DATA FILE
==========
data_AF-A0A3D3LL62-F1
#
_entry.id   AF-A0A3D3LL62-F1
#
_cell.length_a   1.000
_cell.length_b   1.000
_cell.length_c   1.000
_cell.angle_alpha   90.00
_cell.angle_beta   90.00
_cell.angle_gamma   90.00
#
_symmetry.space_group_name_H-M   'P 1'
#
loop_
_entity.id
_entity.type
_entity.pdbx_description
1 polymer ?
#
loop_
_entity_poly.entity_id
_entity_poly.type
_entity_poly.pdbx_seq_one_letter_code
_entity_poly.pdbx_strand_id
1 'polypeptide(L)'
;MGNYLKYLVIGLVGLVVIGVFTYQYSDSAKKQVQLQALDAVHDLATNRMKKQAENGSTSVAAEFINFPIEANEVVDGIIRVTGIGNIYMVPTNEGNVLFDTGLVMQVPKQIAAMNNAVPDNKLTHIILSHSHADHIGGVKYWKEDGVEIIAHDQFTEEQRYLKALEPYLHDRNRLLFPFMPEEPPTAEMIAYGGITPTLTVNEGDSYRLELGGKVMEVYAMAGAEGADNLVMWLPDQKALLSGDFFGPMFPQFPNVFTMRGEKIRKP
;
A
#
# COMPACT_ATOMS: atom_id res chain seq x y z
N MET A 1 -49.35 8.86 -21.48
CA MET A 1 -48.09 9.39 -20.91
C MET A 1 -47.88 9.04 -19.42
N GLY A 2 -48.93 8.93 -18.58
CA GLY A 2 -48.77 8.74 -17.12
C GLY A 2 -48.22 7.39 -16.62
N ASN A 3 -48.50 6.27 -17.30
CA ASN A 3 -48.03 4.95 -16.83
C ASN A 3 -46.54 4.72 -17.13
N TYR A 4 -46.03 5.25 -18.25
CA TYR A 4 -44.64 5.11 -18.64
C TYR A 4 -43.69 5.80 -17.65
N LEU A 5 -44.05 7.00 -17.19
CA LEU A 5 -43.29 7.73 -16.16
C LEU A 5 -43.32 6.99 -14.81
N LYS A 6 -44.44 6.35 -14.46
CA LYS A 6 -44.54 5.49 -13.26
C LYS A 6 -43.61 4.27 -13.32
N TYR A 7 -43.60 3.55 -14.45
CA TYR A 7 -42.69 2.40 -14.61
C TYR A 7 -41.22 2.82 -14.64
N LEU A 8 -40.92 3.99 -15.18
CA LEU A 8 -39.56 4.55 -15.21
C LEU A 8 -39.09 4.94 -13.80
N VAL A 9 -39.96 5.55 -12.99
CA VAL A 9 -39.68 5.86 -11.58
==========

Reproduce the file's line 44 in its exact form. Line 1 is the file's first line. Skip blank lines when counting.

CA LEU A 5 -43.29 7.73 -16.16